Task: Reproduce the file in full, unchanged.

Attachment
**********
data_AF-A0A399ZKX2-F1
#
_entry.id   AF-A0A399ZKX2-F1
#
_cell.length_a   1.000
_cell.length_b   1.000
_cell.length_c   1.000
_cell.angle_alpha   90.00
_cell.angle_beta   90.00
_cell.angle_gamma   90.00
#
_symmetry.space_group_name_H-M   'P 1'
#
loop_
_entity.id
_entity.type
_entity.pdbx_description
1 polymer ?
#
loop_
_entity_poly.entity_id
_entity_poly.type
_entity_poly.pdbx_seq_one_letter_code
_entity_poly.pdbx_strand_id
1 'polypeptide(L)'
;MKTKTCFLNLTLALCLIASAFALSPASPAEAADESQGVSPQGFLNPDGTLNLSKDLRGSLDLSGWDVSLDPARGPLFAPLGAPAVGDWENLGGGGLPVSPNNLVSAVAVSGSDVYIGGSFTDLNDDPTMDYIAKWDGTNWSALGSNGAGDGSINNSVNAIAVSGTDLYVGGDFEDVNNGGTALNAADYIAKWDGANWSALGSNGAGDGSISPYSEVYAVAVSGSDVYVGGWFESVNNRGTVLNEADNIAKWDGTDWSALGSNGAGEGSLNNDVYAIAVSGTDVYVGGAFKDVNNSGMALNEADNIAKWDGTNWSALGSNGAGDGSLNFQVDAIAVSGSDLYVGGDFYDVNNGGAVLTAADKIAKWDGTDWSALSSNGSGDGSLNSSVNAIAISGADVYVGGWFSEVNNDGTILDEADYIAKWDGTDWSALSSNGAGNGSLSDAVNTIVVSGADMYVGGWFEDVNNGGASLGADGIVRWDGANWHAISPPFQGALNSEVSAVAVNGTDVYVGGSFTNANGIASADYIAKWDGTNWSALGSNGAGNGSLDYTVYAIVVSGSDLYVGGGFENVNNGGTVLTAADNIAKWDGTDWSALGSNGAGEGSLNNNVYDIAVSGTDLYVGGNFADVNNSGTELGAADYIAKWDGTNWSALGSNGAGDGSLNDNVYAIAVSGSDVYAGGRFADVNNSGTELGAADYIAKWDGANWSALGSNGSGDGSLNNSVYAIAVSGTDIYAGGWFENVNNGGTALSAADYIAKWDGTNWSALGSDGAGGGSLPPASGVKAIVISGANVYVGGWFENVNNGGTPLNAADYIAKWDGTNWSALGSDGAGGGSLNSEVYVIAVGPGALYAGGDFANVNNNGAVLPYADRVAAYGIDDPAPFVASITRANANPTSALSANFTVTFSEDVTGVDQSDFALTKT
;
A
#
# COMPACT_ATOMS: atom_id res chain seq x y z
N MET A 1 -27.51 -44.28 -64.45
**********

data_AF-A0A399ZKX2-F1
#
_entry.id   AF-A0A399ZKX2-F1
#
_cell.length_a   1.000
_cell.length_b   1.000
_cell.length_c   1.000
_cell.angle_alpha   90.00
_cell.angle_beta   90.00
_cell.angle_gamma   90.00
#
_symmetry.space_group_name_H-M   'P 1'
#
loop_
_entity.id
_entity.type
_entity.pdbx_description
1 polymer ?
#
loop_
_entity_poly.entity_id
_entity_poly.type
_entity_poly.pdbx_seq_one_letter_code
_entity_poly.pdbx_strand_id
1 'polypeptide(L)'
;MKTKTCFLNLTLALCLIASAFALSPASPAEAADESQGVSPQGFLNPDGTLNLSKDLRGSLDLSGWDVSLDPARGPLFAPLGAPAVGDWENLGGGGLPVSPNNLVSAVAVSGSDVYIGGSFTDLNDDPTMDYIAKWDGTNWSALGSNGAGDGSINNSVNAIAVSGTDLYVGGDFEDVNNGGTALNAADYIAKWDGANWSALGSNGAGDGSISPYSEVYAVAVSGSDVYVGGWFESVNNRGTVLNEADNIAKWDGTDWSALGSNGAGEGSLNNDVYAIAVSGTDVYVGGAFKDVNNSGMALNEADNIAKWDGTNWSALGSNGAGDGSLNFQVDAIAVSGSDLYVGGDFYDVNNGGAVLTAADKIAKWDGTDWSALSSNGSGDGSLNSSVNAIAISGADVYVGGWFSEVNNDGTILDEADYIAKWDGTDWSALSSNGAGNGSLSDAVNTIVVSGADMYVGGWFEDVNNGGASLGADGIVRWDGANWHAISPPFQGALNSEVSAVAVNGTDVYVGGSFTNANGIASADYIAKWDGTNWSALGSNGAGNGSLDYTVYAIVVSGSDLYVGGGFENVNNGGTVLTAADNIAKWDGTDWSALGSNGAGEGSLNNNVYDIAVSGTDLYVGGNFADVNNSGTELGAADYIAKWDGTNWSALGSNGAGDGSLNDNVYAIAVSGSDVYAGGRFADVNNSGTELGAADYIAKWDGANWSALGSNGSGDGSLNNSVYAIAVSGTDIYAGGWFENVNNGGTALSAADYIAKWDGTNWSALGSDGAGGGSLPPASGVKAIVISGANVYVGGWFENVNNGGTPLNAADYIAKWDGTNWSALGSDGAGGGSLNSEVYVIAVGPGALYAGGDFANVNNNGAVLPYADRVAAYGIDDPAPFVASITRANANPTSALSANFTVTFSEDVTGVDQSDFALTKT
;
A
#
# COMPACT_ATOMS: atom_id res chain seq x y z
N MET A 1 -27.51 -44.28 -64.45